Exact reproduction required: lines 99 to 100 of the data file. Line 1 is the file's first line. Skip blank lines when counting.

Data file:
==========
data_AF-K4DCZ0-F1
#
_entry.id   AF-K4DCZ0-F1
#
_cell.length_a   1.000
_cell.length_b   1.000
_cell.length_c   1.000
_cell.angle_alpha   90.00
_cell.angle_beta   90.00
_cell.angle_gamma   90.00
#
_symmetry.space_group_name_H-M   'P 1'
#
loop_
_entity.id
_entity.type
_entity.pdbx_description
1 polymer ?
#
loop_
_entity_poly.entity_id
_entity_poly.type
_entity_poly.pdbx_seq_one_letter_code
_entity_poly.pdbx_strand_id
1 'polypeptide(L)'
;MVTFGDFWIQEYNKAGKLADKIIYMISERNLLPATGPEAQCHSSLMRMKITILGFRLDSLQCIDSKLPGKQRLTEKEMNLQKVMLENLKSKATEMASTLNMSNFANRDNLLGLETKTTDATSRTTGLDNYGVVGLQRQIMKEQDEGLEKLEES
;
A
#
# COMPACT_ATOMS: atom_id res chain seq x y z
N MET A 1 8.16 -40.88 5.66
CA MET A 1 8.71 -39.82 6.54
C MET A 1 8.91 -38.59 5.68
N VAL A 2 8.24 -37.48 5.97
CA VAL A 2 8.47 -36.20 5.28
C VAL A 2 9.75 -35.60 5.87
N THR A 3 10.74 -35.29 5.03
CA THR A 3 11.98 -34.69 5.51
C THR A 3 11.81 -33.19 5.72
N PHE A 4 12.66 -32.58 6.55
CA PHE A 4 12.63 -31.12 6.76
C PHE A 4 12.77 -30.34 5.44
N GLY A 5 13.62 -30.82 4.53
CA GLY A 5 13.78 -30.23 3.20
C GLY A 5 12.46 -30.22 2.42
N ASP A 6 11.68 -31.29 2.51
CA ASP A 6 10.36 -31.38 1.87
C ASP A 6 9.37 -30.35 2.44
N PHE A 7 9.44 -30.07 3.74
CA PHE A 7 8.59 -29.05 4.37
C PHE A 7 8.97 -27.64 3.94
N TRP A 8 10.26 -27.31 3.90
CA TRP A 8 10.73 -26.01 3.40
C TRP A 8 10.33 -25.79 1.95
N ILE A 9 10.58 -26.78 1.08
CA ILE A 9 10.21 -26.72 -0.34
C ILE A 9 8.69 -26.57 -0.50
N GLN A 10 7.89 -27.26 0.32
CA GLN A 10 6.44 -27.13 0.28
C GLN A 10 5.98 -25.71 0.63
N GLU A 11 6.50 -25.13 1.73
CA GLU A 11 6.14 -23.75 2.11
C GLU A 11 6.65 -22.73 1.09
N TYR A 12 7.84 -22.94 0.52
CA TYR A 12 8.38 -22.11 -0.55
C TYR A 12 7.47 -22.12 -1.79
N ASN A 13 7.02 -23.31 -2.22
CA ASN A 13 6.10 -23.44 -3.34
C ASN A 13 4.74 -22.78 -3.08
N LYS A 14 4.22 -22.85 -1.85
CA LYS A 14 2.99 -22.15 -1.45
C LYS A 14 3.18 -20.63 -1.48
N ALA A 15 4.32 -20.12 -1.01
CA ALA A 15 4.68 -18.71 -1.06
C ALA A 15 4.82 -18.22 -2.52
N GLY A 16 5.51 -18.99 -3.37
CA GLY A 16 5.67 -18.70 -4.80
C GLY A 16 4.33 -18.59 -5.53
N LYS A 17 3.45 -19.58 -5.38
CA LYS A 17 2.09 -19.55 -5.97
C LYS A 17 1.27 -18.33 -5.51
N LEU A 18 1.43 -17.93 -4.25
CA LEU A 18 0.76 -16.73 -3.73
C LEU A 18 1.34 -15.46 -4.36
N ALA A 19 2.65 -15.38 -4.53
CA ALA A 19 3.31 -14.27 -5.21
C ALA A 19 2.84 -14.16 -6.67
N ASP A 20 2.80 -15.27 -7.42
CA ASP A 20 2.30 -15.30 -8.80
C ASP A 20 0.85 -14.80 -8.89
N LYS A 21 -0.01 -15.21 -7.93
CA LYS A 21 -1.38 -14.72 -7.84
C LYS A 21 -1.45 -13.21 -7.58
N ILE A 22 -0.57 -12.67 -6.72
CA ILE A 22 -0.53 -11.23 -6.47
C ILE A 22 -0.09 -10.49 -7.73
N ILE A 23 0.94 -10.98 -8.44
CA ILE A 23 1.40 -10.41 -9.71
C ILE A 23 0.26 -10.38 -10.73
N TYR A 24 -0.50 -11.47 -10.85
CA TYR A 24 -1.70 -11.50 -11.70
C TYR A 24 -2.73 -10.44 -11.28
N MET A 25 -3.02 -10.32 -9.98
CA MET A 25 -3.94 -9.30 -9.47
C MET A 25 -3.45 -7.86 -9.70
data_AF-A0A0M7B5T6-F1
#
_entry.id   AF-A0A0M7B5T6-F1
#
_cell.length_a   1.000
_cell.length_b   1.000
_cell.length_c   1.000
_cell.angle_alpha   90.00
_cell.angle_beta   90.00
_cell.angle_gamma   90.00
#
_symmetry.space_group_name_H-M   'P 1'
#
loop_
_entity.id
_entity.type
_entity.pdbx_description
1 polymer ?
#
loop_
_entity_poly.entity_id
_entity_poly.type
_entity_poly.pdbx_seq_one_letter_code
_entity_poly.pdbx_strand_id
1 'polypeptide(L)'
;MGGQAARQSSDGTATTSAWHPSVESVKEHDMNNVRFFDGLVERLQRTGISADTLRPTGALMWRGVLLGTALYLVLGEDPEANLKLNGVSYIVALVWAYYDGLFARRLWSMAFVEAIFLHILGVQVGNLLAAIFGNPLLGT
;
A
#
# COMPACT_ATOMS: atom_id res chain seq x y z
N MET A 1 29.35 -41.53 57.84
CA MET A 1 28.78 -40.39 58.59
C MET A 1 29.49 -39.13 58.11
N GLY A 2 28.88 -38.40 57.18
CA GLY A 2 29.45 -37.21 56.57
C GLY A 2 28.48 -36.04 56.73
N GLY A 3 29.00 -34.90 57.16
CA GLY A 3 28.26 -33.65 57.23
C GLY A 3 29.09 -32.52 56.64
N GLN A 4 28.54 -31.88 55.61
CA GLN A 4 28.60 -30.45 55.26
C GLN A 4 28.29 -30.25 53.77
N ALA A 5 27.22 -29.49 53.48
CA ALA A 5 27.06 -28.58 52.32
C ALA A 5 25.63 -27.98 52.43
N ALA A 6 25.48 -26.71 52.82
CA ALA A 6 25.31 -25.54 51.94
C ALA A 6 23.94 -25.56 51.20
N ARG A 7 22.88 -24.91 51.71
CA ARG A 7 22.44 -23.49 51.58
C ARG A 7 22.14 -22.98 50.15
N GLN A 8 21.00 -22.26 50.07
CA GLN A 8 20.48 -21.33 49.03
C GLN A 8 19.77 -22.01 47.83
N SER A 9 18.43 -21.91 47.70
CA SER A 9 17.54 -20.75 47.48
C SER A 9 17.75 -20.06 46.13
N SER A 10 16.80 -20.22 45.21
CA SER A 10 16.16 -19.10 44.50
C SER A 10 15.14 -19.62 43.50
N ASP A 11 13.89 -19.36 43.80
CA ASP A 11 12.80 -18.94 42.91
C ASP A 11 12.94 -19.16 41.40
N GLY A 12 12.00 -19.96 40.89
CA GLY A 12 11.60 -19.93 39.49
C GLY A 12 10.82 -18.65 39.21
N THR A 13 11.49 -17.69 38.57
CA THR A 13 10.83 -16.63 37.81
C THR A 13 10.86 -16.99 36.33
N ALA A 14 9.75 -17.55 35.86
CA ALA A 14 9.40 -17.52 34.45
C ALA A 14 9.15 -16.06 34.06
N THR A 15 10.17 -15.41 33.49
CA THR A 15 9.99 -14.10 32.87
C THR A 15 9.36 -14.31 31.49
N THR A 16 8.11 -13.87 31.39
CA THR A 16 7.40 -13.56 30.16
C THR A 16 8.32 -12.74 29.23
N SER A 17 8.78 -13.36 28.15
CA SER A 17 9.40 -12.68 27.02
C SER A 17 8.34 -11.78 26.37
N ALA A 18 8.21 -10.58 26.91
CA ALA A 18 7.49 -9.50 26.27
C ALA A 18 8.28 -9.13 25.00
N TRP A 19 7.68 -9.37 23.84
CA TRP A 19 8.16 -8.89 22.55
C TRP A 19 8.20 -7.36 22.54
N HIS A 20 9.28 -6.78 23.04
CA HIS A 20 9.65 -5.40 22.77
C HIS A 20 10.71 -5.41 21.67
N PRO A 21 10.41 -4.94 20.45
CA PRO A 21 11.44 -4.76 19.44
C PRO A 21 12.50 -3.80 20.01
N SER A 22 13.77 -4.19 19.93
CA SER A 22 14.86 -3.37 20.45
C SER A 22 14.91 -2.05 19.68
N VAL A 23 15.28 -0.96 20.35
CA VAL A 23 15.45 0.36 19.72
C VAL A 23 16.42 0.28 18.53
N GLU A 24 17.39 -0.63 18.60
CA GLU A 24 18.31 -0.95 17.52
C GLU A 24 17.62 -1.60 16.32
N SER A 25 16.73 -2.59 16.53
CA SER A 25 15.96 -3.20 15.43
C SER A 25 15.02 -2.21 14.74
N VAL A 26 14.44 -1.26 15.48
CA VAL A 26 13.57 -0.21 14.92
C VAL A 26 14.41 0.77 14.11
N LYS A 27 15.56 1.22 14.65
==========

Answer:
C ILE A 23 0.26 -10.38 -10.73
N TYR A 24 -0.50 -11.47 -10.85